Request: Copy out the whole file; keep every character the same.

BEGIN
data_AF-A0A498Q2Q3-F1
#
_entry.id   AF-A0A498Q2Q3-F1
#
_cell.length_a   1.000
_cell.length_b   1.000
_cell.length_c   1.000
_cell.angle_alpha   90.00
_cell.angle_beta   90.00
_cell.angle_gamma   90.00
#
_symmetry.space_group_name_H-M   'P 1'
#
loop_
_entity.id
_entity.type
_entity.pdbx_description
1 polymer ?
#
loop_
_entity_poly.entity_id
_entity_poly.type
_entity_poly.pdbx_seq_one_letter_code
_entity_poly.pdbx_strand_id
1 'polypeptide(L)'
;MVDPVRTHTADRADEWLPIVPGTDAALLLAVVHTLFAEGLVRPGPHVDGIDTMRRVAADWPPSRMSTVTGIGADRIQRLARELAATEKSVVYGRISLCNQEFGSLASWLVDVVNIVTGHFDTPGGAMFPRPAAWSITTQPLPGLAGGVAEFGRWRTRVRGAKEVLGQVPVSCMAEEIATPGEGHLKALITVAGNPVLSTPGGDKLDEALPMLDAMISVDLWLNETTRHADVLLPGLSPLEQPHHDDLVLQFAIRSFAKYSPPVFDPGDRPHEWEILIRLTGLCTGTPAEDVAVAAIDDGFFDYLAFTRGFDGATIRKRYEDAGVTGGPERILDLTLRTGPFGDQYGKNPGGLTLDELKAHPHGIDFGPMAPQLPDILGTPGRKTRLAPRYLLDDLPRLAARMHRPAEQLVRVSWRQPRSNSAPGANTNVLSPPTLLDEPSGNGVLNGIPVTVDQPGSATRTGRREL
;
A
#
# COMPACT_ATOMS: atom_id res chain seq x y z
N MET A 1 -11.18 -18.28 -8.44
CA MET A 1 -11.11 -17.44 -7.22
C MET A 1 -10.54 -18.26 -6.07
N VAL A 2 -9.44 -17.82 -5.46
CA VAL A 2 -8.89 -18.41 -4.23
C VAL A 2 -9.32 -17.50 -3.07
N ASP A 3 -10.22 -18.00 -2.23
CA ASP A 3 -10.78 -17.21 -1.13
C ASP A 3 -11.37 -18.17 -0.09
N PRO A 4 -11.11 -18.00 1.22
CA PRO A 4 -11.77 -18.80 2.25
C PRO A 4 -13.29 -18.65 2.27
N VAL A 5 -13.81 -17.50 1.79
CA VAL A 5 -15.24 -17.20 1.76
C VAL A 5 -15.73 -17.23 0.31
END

data_AF-A0A498Q2Q3-F1
#
_entry.id   AF-A0A498Q2Q3-F1
#
_cell.length_a   1.000
_cell.length_b   1.000
_cell.length_c   1.000
_cell.angle_alpha   90.00
_cell.angle_beta   90.00
_cell.angle_gamma   90.00
#
_symmetry.space_group_name_H-M   'P 1'
#
loop_
_entity.id
_entity.type
_entity.pdbx_description
1 polymer ?
#
loop_
_entity_poly.entity_id
_entity_poly.type
_entity_poly.pdbx_seq_one_letter_code
_entity_poly.pdbx_strand_id
1 'polypeptide(L)'
;MVDPVRTHTADRADEWLPIVPGTDAALLLAVVHTLFAEGLVRPGPHVDGIDTMRRVAADWPPSRMSTVTGIGADRIQRLARELAATEKSVVYGRISLCNQEFGSLASWLVDVVNIVTGHFDTPGGAMFPRPAAWSITTQPLPGLAGGVAEFGRWRTRVRGAKEVLGQVPVSCMAEEIATPGEGHLKALITVAGNPVLSTPGGDKLDEALPMLDAMISVDLWLNETTRHADVLLPGLSPLEQPHHDDLVLQFAIRSFAKYSPPVFDPGDRPHEWEILIRLTGLCTGTPAEDVAVAAIDDGFFDYLAFTRGFDGATIRKRYEDAGVTGGPERILDLTLRTGPFGDQYGKNPGGLTLDELKAHPHGIDFGPMAPQLPDILGTPGRKTRLAPRYLLDDLPRLAARMHRPAEQLVRVSWRQPRSNSAPGANTNVLSPPTLLDEPSGNGVLNGIPVTVDQPGSATRTGRREL
;
A
#
# COMPACT_ATOMS: atom_id res chain seq x y z
N MET A 1 -11.18 -18.28 -8.44
CA MET A 1 -11.11 -17.44 -7.22
C MET A 1 -10.54 -18.26 -6.07
N VAL A 2 -9.44 -17.82 -5.46
CA VAL A 2 -8.89 -18.41 -4.23
C VAL A 2 -9.32 -17.50 -3.07
N ASP A 3 -10.22 -18.00 -2.23
CA ASP A 3 -10.78 -17.21 -1.13
C ASP A 3 -11.37 -18.17 -0.09
N PRO A 4 -11.11 -18.00 1.22
CA PRO A 4 -11.77 -18.80 2.25
C PRO A 4 -13.29 -18.65 2.27
N VAL A 5 -13.81 -17.50 1.79
CA VAL A 5 -15.24 -17.20 1.76
C VAL A 5 -15.73 -17.23 0.31